PHOTO: Maury County Mayor Andy Ogles (left) stands next to General Motors employee Dennis Urbania (center) and Spring Hill UAW Chair Mike Herron (right) in support on Wednesday. / Photo by Alexander Willis
By ALEXANDER WILLIS
The General Motors (GM) strike officially entered its third day on Wednesday, with thousands of workers employed at the Spring Hill GM plant continuing to stage protests all over the city. The resolve of many protesters had only grown stronger since the strike began after having learned that GM had axed their healthcare on Monday, many learning of the fact after being turned away for medical treatment unexpectedly.
While those on strike have said that the support from the community has been overwhelming, one supporter in particular drove home to protestors that the strike was no longer a partisan issue. That individual was self-described conservative Andy Ogles, mayor of Maury County.
More: Background on the strike
“On the 16th, General Motors canceled people’s healthcare – that’s an unprecedented move by the company, and it was wrong – plain and simple,” Ogles said. “And so my challenge to General Motors is to work with the UAW (United Automobile Workers labor union), work with the members, [and] get the benefits restored.”
Ogles explained that it would be one thing for GM to announce ahead of time that they would be cutting healthcare coverage for employees, but that it was an entirely different matter for the company to cut coverage without notice. It was something, Ogles argued, that could have serious consequences.
“Look, if you leave a job on the 2nd, your benefits are going to extend through the end of the month,” Ogles said. “Well, it’s the 18th – they did not extend through the end of the month, and that was wrong. They’ve got a member who’s pregnant who’s having pregnancy complications… you’re talking about a baby, and now she doesn’t have healthcare. I don’t care if you’re a Republican, Democrat, a Libertarian or a knucklehead – that’s wrong.”
Standing alongside protesters just off of U.S. 31, Ogles said he had learned of three GM workers who had been turned away for chemotherapy treatment, as well as one individual – Dennis Urbania – who is on the list for multiple organ transplants.
Urbania, who has worked for GM for nearly 20 years, said that in addition to being on the waiting list for organ transplants, he is also prescribed medication that costs $9,000 a month. Without healthcare coverage, Urabania fears that that medication will be out of reach.
“I had a heart transplant six years ago – GM picked up everything, no questions asked,” Urbania said. “Then they went into negotiations and we lost our benefits. Two of my prescriptions are $9,000 a month, cash. Two anti-rejection medications, and that’s just [a] 30-day supply. When all this stuff hits you, you’re scared, because you don’t know what’s going to happen.”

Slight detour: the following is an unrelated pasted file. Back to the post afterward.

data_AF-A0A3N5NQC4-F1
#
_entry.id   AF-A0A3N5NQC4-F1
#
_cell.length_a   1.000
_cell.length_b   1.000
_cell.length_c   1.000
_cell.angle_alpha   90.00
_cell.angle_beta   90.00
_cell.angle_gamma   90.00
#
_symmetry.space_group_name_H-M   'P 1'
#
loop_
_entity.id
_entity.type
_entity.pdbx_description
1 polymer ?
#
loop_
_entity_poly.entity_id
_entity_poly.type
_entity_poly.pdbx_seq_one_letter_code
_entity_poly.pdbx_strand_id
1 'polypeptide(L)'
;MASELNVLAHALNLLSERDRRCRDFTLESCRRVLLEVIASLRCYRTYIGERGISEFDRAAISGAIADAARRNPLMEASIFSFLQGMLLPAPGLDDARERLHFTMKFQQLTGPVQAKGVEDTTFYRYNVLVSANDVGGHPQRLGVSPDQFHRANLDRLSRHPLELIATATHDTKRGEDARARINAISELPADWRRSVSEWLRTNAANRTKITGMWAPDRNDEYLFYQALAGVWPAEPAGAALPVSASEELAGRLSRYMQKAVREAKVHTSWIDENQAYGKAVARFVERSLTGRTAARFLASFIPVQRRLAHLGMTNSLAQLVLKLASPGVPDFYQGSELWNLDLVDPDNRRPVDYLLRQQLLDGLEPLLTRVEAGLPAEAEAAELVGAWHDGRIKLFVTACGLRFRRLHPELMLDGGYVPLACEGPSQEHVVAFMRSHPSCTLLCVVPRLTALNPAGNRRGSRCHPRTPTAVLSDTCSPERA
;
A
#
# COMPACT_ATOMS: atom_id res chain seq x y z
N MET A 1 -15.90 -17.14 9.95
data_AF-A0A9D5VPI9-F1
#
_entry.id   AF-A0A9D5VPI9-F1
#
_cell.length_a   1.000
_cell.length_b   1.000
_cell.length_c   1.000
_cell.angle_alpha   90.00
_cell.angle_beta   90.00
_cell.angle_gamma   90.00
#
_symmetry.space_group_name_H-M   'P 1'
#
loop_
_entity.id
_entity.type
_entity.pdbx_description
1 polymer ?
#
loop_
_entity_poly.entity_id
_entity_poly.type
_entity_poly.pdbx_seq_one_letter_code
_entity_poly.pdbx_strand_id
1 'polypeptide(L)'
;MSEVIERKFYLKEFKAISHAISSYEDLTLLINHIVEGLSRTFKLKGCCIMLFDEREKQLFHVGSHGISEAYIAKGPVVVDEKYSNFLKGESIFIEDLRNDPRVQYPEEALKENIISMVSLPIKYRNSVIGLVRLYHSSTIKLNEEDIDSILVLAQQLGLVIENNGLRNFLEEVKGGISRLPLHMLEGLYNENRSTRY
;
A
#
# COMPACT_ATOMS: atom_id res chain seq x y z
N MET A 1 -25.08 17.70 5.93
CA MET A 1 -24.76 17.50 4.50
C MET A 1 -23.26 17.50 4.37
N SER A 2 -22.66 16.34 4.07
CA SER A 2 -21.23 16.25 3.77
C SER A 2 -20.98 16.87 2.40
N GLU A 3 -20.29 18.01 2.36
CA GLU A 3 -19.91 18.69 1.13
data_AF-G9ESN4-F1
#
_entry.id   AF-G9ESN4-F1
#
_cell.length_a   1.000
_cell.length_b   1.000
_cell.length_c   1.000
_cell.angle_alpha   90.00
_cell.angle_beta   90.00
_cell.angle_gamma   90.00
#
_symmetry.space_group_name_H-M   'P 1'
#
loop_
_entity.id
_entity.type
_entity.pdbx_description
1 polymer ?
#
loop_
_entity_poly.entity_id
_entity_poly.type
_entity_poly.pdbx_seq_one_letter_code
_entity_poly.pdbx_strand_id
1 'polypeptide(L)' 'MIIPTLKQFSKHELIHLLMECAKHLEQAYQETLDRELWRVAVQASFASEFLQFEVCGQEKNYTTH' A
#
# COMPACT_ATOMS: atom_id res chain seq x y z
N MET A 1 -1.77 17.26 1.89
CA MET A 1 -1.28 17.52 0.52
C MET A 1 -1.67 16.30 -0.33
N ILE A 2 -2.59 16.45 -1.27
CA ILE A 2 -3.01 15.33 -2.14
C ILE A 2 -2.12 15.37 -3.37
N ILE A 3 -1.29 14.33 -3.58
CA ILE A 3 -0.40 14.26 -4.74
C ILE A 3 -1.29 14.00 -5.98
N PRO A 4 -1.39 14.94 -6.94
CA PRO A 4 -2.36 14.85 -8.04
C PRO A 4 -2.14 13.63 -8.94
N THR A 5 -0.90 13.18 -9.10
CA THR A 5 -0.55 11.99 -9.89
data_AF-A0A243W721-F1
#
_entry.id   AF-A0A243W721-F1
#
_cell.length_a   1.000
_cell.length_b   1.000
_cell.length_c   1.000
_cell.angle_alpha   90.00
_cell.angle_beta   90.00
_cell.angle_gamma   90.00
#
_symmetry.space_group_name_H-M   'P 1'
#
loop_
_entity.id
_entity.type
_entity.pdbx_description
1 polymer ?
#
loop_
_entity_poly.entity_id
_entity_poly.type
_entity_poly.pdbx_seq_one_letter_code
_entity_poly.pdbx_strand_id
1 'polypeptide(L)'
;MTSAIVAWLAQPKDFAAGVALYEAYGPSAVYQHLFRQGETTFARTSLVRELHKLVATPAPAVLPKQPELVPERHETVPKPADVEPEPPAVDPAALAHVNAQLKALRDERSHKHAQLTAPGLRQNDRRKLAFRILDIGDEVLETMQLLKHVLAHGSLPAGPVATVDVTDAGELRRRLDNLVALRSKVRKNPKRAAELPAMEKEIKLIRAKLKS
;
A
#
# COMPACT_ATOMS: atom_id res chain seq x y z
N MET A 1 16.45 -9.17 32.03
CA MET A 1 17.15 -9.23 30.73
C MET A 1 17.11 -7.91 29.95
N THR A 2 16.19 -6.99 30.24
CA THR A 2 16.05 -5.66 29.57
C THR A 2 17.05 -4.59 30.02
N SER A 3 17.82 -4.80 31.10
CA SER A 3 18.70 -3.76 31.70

Urbania said that he had called Vanderbilt Medical Center to notify them that he had lost his healthcare coverage, and that he could bring his medical bills to UAW leadership. Urbania said that Vanderbilt staff told him “they don’t do union,” and that he would need to find other means to cover his expenses.
“I just filled up two weeks ago, so I’m good for another two weeks,” Urbania said. “If we don’t get my catastrophic insurance straightened out, then what do I do, stop taking? Do I go into rejection then? They don’t think of all the people that have cancer, all the people like me that are waiting for organs. Whatever happened to the old saying, ‘GM family first?’ They threw that out the door.”
Mike Herron, chairman of the Spring Hill chapter of the UAW, said that the decision to cut healthcare coverage for employees came as a surprise to everyone, and that GM didn’t formally announce the decision until a day after it was done.
“We had people that were actually in the middle of medical procedures that were told, ‘you have no healthcare,’” Herron said. “We had a team member who had a daughter who was in intensive care up in Vanderbilt. How I found out that our members had no healthcare was when they started calling me up and saying, ‘I’ve got chemotherapy tomorrow morning, what do I do?’ That’s just not the way to find out that you have no healthcare. To me it’s callous, and it absolutely is not the way to do business.”
Despite the hardships, Herron said that spirits were high among his fellow workers. Herron also said he was impressed with the amount of support they had received from the community at large, with drivers honking in support every few seconds as he stood alongside his fellow GM employees on U.S. 31.
“The workers at this plant have done a great job, they’ve been outstanding, and I think that part of the reason that we’re getting the tremendous support from the community has been the fact that the community understands what we’re doing – you can hear by the number of people that are honking their horn as they go by,” Herron said. “The businesses in this area have been second to none – we’ve had 100 percent support from the businesses in this area. I couldn’t ask for any better help from our community or our businesses that are in this community.”
This strike is the first UAW strike since 2007, and has already exceeded that one in length by a single day as of Wednesday. General Motors said in a statement on Monday that negotiations are continuing. As negotiations are mostly kept confidential, specifics of the talks are unknown, although generally, UAW members have stated they are striking for more affordable healthcare, better wages, more job security, and a path to permanency for temporary workers.
“We’re going to be out here as long as it takes,” Herron said. “Our workers are committed to staying the course as long as it takes to be able to get a good agreement for our workers.”